What is Andre Miller's upside?
Portland Trail Blazers point guard Andre Miller is currently being drafted 92nd on average in ESPN live drafts. That puts him 24th among point guards, and considering that he's the starter for one of the league's best teams, it might seem a bit low at first glance. It might seem even lower when you take into consideration that Miller doesn't really have a backup after the departure of Steve Blake, unless you think Jerryd Bayless or rookie Elliot Williams is ready to step into a more prominent role (and those two are both probably better served playing at shooting guard rather than the point).
In our ESPN.com mock drafts, Miller hasn't fared much better; he went 108th in the first one and 90th in the second one. Basically, it's clear that Miller's value is pretty similar no matter where you look.
In looking a bit further into the issue, you have to wonder: Why is Miller being rated this low when he finished 77th on the Player Rater last season, posted a PER that nearly matched the best years of his career, is easily the most durable player in the NBA, and currently has no backup pressuring him for minutes?
The answer is actually pretty simple. Miller is not a very good fantasy player, accumulating value more through durability than through any sort of meaningful statistical production. He'll provide you with assists, and he'll make small contributions in free throw percentage, steals and points, but that's where the fun ends. Many people believe Miller is good for field goal percentage, but he's been tailing off in that category for three seasons, and last season's numbers were downright mediocre. Considering he's turning 35 this season, it's hard to imagine he will improve at this point.
Beyond that, there's a bigger problem looming: Miller simply is a bad fit with Brandon Roy. When Roy was playing great in the first part of last season, Miller struggled, and Miller didn't really manage to pick up his game until Roy was struggling to stay on the court due to injury issues. It's important to remember that this is definitely not Miller's team. The Blazers are going to live and die with Roy, LaMarcus Aldridge and, hopefully, Greg Oden. If Miller is a bad fit, he's going to be a terrible fantasy producer even if he manages to continue logging heavy minutes.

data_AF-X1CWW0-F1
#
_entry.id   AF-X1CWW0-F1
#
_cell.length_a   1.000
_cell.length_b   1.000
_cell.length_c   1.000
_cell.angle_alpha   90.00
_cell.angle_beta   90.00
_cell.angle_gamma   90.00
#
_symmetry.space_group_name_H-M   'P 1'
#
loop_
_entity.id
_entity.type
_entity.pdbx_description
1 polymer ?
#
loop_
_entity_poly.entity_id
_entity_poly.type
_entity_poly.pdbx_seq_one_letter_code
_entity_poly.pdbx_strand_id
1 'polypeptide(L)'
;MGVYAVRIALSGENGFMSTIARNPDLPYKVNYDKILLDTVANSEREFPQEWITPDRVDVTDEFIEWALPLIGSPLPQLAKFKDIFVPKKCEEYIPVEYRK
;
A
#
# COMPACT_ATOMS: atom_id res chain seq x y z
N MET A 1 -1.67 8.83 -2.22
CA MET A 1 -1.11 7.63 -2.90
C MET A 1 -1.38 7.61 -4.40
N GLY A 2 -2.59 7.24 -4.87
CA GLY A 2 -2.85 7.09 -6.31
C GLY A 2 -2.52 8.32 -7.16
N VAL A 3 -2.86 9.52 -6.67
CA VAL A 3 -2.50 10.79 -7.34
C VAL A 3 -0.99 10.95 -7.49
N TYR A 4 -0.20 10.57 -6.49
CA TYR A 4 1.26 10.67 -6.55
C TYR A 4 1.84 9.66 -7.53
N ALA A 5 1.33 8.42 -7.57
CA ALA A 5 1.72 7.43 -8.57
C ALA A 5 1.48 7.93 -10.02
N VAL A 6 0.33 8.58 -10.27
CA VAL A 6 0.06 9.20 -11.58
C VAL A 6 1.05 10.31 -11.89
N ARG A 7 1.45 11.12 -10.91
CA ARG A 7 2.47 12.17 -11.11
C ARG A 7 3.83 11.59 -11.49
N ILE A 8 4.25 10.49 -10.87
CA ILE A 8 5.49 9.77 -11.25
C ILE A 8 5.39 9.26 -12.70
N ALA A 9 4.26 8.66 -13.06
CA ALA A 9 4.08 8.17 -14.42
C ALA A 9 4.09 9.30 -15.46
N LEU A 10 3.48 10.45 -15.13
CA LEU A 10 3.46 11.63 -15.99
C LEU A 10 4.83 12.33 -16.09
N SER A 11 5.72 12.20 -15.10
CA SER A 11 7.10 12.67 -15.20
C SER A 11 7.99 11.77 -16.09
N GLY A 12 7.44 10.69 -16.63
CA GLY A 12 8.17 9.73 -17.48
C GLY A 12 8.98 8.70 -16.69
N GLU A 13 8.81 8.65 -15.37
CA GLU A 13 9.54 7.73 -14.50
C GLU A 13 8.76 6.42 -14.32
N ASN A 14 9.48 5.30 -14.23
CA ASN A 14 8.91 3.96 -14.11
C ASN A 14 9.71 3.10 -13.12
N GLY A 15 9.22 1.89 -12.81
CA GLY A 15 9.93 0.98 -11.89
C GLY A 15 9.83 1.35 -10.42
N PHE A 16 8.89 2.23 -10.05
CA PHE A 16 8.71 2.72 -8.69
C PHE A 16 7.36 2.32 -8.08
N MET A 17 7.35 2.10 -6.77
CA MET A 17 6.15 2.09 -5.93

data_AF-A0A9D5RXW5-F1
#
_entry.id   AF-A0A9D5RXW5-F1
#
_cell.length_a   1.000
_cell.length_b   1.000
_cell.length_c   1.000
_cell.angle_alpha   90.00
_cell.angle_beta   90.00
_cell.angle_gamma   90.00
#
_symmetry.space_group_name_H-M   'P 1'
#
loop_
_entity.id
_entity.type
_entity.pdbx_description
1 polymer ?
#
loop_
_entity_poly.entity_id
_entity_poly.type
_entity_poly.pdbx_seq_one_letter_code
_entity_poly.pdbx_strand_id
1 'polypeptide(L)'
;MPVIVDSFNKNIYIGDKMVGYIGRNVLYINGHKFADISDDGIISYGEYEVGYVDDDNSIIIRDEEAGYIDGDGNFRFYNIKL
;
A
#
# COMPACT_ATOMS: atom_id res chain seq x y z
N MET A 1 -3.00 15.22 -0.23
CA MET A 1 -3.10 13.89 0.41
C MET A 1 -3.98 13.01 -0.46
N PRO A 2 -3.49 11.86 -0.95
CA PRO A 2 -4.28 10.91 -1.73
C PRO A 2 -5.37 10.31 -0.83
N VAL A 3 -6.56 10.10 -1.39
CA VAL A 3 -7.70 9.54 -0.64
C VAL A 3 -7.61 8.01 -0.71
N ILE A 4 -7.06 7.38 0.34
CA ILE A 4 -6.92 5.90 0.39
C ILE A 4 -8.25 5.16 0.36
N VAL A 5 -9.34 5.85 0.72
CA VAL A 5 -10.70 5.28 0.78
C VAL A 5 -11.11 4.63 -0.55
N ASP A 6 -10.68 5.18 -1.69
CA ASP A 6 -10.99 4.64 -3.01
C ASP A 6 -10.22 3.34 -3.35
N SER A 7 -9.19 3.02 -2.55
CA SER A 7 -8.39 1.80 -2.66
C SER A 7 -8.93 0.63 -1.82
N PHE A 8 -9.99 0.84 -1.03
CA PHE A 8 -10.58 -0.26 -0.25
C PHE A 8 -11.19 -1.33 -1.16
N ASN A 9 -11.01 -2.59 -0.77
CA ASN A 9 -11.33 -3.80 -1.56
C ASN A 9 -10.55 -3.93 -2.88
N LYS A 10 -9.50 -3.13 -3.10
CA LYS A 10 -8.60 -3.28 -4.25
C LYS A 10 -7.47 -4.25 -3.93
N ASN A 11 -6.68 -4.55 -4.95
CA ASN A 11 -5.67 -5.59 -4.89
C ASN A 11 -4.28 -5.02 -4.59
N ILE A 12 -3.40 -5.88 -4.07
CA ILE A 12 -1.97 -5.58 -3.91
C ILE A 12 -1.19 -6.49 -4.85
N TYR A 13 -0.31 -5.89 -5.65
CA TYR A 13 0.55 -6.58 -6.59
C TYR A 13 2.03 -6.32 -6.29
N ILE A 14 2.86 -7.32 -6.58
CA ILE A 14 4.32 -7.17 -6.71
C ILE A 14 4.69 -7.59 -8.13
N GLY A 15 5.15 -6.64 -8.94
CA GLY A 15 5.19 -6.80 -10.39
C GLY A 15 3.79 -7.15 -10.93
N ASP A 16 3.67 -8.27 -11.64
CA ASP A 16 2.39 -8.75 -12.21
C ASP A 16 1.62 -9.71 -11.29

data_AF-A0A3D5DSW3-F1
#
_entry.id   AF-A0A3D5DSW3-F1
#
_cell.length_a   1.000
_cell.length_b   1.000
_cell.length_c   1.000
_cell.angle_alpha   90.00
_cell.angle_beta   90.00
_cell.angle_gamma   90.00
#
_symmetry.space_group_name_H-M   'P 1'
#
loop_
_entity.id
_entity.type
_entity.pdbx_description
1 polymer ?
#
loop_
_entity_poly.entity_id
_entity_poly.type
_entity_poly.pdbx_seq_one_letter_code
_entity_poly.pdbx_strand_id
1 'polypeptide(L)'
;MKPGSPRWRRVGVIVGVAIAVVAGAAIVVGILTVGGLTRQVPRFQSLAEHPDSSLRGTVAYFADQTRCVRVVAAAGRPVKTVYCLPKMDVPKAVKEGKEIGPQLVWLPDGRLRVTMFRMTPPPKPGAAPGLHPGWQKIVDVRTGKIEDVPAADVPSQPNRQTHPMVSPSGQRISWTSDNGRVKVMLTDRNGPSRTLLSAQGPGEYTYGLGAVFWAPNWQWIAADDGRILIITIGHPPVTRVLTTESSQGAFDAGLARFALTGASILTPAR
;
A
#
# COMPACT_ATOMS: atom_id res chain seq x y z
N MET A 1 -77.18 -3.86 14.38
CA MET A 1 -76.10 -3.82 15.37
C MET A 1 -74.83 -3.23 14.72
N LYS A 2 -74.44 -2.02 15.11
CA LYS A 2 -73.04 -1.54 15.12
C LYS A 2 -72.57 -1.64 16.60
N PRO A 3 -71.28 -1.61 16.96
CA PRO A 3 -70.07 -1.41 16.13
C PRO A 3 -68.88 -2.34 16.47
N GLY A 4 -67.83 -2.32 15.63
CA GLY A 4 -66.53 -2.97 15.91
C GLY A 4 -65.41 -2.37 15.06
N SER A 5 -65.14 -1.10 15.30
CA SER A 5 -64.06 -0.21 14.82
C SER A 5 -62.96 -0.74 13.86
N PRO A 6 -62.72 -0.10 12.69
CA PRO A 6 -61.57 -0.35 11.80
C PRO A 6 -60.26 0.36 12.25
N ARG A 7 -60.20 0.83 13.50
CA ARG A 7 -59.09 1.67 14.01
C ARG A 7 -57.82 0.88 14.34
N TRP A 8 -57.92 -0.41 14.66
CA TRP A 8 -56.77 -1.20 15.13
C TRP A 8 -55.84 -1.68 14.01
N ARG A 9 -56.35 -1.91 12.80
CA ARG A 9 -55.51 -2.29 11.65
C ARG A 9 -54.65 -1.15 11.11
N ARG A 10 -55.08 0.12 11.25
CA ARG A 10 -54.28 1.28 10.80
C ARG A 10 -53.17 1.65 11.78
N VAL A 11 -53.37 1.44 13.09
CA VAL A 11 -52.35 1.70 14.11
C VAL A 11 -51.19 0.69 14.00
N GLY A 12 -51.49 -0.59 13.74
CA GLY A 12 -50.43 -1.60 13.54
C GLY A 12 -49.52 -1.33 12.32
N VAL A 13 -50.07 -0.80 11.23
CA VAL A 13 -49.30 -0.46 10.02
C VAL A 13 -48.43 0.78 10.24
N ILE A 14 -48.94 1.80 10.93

Now, for the sake of argument, let's say Miller does manage to play more minutes and, as such, slightly improve his numbers in the counting stats. Let's say he puts up the numbers we have for him in our current 2010-11 projections: 15.0 points, 5.9 assists, 3.7 rebounds and 1.2 steals. All in all, that's pretty solid production; nothing eye-popping outside of the assists, but certainly numbers you can use. Personally though, even taking those numbers as a given (which, of course, they are absolutely not), I would much rather take a shot on the upside of someone like Rodney Stuckey, Mike Conley, Jose Calderon, Jameer Nelson or a host of other players with games more suited to fantasy basketball. It's not always a question of who is a better bet to produce more; sometimes it's about which player has a better chance of being a major steal. There are no surprises with Miller at this point. In fact, it would be surprising if he was able to maintain his level of play alongside a healthy Roy.
Ultimately, since value is based on what people actually think, it would seem that Miller is being valued quite correctly. No one seems totally willing to take him inside of the top 90 picks in any draft, and he's a pretty safe bet for decent production any time after that. If you've already taken some chances at point guard earlier in your draft (say, John Wall, for example), maybe a guy like Miller (who, at the very least, should stay healthy) is a nice choice and a safe pick. Everything being equal, though, if I'm picking a backup point guard in the top 90 picks, I'm drafting someone with a chance to be better than Andre Miller.
Seth Landman is a fantasy basketball analyst for ESPN.com.
2011 Basketball Draft Kit
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